Category Archives: The NCAA

Autono-mean

So, we’re now officially in the new era of NCAA autonomy.  The conferences have had two months to put together their proposals for providing greater support for student-athletes – remember, that’s what all the hoo-ha was about.  As John Infante points out, the initial results are less than overwhelming.

This one’s my favorite:

“Ensuring Nutritional Needs of Student-Athletes are Met in a Reasonable Way” (ACC): Virtually unlimited food was already adopted, so my sense is that “in a reasonable way” is the most important phrase in this idea. Remember that the ACC was pitching a need-based cost of attendance proposal, which is now DOA after the O’Bannon injunction. That makes it unlikely the ACC is pushing for even fewer limits on feeding, like removing board from the scholarship calculation and making food truly unlimited. Instead I suspect the ACC wants to roll back some of the changes brought by Proposal 2013–31-B and impose some more defined limits on what schools can provide.

You can just feel the player concern oozing out of those guys.

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Friday morning buffet

Mmm, mmm good.

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Filed under Coach O Needs Another Red Bull, Georgia Football, It's Just Bidness, Strategery And Mechanics, The Body Is A Temple, The NCAA

“It’s easy to go back and Monday-morning quarterback something like that.”

So Mark Emmert washes his hands of domestic violence.

NCAA president Mark Emmert believes it’s the responsibility of individual schools to handle issues of domestic violence and sexual assault, and that a spate of recent cases reflect greater societal problems.

Question:  what if Emmert discovered that a school was enabling a player or players who were accused of such violence and/or sexual assault?  Why would that be a different situation from what moved him to act against Penn State?

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Tone deaf

Mark Emmert, of course.

There’s a reason Stacey Osburn keeps her mouth shut most of the time, Mark.  You should ask her about that.

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“We’ll abide by the final order, whatever that is.”

You may be surprised to learn that there are actually some athletic directors out there pondering an O’Bannon future.  Shockingly, some of them are even willing to concede that future won’t be apocalyptic.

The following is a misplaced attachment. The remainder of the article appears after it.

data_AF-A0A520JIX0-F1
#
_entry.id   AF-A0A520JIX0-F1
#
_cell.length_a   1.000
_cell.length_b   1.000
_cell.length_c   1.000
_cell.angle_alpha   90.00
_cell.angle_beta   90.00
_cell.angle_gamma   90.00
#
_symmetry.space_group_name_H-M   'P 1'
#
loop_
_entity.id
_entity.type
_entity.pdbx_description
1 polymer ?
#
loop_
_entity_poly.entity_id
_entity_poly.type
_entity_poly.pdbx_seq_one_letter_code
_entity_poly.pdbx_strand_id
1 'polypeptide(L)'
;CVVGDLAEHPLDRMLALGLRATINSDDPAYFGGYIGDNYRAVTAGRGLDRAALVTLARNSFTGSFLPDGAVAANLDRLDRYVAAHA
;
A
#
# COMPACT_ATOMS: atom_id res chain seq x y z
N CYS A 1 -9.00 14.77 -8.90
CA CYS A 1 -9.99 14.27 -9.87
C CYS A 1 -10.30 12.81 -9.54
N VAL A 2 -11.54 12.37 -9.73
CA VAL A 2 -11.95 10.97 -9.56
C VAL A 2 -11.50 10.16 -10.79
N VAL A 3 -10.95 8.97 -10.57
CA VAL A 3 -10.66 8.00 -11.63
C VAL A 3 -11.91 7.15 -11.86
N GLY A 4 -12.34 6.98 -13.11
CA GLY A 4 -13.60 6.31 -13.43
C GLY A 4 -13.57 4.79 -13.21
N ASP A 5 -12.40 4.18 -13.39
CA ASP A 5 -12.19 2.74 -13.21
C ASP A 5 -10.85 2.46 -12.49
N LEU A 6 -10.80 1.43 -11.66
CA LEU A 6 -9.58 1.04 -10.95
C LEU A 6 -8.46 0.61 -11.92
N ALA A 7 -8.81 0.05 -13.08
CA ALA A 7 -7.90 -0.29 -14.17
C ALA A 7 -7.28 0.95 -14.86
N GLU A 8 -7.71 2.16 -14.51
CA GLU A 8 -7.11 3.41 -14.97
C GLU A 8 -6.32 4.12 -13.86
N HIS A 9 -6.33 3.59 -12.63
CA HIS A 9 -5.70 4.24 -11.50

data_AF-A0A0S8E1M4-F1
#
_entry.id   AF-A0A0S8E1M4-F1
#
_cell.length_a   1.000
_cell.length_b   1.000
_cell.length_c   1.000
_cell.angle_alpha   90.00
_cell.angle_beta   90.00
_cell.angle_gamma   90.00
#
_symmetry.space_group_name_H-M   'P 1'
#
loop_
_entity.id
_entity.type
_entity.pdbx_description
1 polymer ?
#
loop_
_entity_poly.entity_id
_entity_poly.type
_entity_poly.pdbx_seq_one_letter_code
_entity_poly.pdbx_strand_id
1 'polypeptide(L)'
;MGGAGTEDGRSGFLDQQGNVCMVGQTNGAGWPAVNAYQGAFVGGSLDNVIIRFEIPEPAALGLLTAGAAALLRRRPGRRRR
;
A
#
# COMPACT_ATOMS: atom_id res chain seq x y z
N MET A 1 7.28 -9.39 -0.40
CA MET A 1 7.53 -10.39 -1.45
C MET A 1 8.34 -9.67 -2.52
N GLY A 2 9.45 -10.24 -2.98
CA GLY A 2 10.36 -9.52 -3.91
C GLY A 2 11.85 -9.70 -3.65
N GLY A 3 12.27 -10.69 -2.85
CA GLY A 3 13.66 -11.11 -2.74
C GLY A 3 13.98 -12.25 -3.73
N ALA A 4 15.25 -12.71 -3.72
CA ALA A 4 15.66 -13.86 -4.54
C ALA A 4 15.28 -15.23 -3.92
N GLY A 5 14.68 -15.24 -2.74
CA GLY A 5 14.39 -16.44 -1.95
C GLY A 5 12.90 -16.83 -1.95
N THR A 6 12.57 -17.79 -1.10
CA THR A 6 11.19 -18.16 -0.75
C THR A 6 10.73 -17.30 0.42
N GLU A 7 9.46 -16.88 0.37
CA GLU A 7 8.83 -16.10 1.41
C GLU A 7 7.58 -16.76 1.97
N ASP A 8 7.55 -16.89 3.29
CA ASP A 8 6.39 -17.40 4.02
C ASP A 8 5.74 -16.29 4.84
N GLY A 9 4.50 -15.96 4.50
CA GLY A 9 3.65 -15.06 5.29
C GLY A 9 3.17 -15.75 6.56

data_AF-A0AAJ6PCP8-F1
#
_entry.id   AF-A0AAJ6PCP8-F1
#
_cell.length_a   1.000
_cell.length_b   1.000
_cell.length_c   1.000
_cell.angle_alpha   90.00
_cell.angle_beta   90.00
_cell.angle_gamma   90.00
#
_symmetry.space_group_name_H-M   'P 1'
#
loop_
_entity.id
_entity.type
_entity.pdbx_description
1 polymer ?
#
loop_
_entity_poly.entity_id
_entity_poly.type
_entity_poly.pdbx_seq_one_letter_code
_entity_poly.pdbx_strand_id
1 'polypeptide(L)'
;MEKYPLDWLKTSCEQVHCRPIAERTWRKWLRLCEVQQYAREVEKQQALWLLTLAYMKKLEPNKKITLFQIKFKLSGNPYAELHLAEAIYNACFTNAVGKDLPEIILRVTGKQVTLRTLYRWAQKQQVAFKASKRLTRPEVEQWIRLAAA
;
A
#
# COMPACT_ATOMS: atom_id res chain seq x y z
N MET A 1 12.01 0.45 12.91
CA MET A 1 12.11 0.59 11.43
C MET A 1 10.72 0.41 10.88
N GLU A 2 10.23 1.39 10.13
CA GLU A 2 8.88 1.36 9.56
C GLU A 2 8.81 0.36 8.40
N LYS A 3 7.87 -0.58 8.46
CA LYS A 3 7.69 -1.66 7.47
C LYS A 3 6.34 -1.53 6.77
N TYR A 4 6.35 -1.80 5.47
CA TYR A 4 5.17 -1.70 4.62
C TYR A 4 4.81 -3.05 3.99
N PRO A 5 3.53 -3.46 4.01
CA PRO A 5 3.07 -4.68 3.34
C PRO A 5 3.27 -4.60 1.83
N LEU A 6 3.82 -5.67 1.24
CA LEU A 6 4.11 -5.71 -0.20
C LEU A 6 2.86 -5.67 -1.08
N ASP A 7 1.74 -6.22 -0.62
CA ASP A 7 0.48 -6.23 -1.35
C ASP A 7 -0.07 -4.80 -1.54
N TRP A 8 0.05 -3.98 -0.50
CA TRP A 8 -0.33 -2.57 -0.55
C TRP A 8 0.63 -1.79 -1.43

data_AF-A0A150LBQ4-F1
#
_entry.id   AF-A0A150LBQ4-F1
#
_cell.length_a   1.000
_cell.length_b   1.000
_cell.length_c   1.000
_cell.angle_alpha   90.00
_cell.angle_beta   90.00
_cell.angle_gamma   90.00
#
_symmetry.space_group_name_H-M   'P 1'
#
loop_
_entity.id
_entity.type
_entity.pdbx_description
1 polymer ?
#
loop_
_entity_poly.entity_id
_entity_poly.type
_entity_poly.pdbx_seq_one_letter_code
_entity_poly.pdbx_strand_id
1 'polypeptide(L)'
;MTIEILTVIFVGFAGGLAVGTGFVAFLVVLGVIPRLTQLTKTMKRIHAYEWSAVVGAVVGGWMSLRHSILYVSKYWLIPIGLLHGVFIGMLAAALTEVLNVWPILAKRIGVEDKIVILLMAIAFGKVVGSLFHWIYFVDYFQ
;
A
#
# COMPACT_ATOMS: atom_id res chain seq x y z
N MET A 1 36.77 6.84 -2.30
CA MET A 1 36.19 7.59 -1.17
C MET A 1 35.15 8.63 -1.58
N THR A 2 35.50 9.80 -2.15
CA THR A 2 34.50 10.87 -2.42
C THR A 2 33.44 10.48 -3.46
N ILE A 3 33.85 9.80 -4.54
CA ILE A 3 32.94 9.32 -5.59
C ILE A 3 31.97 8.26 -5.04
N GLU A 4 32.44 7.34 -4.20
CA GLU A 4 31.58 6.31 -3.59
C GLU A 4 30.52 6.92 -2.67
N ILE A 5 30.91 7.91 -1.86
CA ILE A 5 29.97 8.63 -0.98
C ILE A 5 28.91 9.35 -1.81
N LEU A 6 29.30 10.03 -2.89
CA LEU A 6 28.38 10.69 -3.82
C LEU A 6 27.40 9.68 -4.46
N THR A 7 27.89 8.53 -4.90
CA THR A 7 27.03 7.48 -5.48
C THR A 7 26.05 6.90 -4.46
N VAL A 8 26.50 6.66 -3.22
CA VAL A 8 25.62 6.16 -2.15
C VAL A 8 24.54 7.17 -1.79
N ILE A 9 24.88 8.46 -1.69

Throughout college sports, there’s a wait-and-see approach on what the O’Bannon ruling will ultimately mean. Clemson athletic director Dan Radakovich said in a recent interview he has started to financially plan three- to five-year forecasts for a future in which the O’Bannon injunction goes into effect.

“You better be able to give some thought, whether it’s with your president, your board, all the key decision-makers on campus, to let them know as much information as you have,” Radakovich said. “You have to say, ‘Look, we’re going to have to do some things differently from an allocation standpoint in the future.”

Radakovich said he believes the O’Bannon ruling should be viewed within the context of NCAA autonomy “because a lot of things that are shown in the O’Bannon case are student-athlete welfare issues, and that’s what the autonomy was going to work at to try to get better.”

Jim Delany’s Chicken Little act notwithstanding, if you’re running a Power Five conference athletic program, you’ve got money rolling in.  You’ll just have to be prudent allocating your resources.  Unless you’re at Texas or Alabama, of course.

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Just when Stacey Osburn thought it was safe to go back in the water…

The next round of antitrust litigation is heating up.

In his filing Thursday, Kessler wrote that the NCAA and conferences’ motion to dismiss is “based on a fundamental misconstruction” of what Wilken decided in O’Bannon. That ruling is being appealed by the NCAA.

The NCAA’s motion to dismiss “brazenly portrays the Court’s trial decision as an NCAA victory on the antitrust merits that affords Defendants blanket antitrust immunity for any NCAA restraint that does not conflict specifically with the terms of the Court’s O’Bannon injunction,” Kessler wrote. “No such per se lawful rule can be found in O’Bannon or anywhere else in the history of antitrust law.”

There’s a motion to dismiss hearing coming up next month.  If Kessler survives that, then the fun will really begin with more discovery.

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“If you have a social problem that I have a question about, I non-renew you.”

Personally speaking, any topic of conversation that elicits a blunt “That’s bullshit” from the likes of Nick Saban is of interest, but on the subject of multi-year scholarships, I think Saban’s right when he goes on to say,

“It really is not an issue either way, though,” Saban said. “A player’s on a one-year scholarship and it’s automatically renewable. It’s not like you can just take it away. And if he’s on a four-year scholarship and does something in violation of university policy or athletic policy, you can still take it away. It really is insignificant.”

In other words, if you’re a student-athlete, it’s still a matter of trusting your head coach.  Hell, even Chris Conley isn’t sure what he’s got as far as a formal commitment.  He just knows Richt.

But ask Conley how many years his scholarship has technically been for during his career and he hesitates. Conley admits he’s uncertain.

Some head coaches, such as Georgia’s Mark Richt, “make a pledge to that kid for four years and that’s what he does,” Conley said. “But not every coach has to do that. They can make decisions on whether or not they want a player to be there. So it really comes down to that administration and coaching staff.”

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